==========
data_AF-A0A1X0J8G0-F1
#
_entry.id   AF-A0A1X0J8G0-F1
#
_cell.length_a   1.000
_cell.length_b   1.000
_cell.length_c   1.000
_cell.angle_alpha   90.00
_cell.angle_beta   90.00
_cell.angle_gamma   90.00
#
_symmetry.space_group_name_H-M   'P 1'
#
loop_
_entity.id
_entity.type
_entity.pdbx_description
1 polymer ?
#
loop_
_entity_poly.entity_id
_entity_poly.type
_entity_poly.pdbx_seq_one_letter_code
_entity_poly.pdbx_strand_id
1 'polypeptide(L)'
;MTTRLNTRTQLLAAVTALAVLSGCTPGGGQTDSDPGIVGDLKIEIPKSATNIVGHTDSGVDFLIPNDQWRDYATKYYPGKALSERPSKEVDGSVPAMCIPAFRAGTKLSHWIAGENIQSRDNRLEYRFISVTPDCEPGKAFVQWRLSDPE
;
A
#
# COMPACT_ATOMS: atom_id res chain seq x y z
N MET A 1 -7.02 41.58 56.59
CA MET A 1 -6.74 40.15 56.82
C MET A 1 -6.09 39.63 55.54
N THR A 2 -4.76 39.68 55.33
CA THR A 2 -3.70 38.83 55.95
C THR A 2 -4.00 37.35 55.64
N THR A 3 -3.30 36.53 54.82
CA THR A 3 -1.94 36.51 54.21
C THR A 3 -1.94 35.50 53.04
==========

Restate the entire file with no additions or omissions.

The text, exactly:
data_AF-A0A1X0J8G0-F1
#
_entry.id   AF-A0A1X0J8G0-F1
#
_cell.length_a   1.000
_cell.length_b   1.000
_cell.length_c   1.000
_cell.angle_alpha   90.00
_cell.angle_beta   90.00
_cell.angle_gamma   90.00
#
_symmetry.space_group_name_H-M   'P 1'
#
loop_
_entity.id
_entity.type
_entity.pdbx_description
1 polymer ?
#
loop_
_entity_poly.entity_id
_entity_poly.type
_entity_poly.pdbx_seq_one_letter_code
_entity_poly.pdbx_strand_id
1 'polypeptide(L)'
;MTTRLNTRTQLLAAVTALAVLSGCTPGGGQTDSDPGIVGDLKIEIPKSATNIVGHTDSGVDFLIPNDQWRDYATKYYPGKALSERPSKEVDGSVPAMCIPAFRAGTKLSHWIAGENIQSRDNRLEYRFISVTPDCEPGKAFVQWRLSDPE
;
A
#
# COMPACT_ATOMS: atom_id res chain seq x y z
N MET A 1 -7.02 41.58 56.59
CA MET A 1 -6.74 40.15 56.82
C MET A 1 -6.09 39.63 55.54
N THR A 2 -4.76 39.68 55.33
CA THR A 2 -3.70 38.83 55.95
C THR A 2 -4.00 37.35 55.64
N THR A 3 -3.30 36.53 54.82
CA THR A 3 -1.94 36.51 54.21
C THR A 3 -1.94 35.50 53.04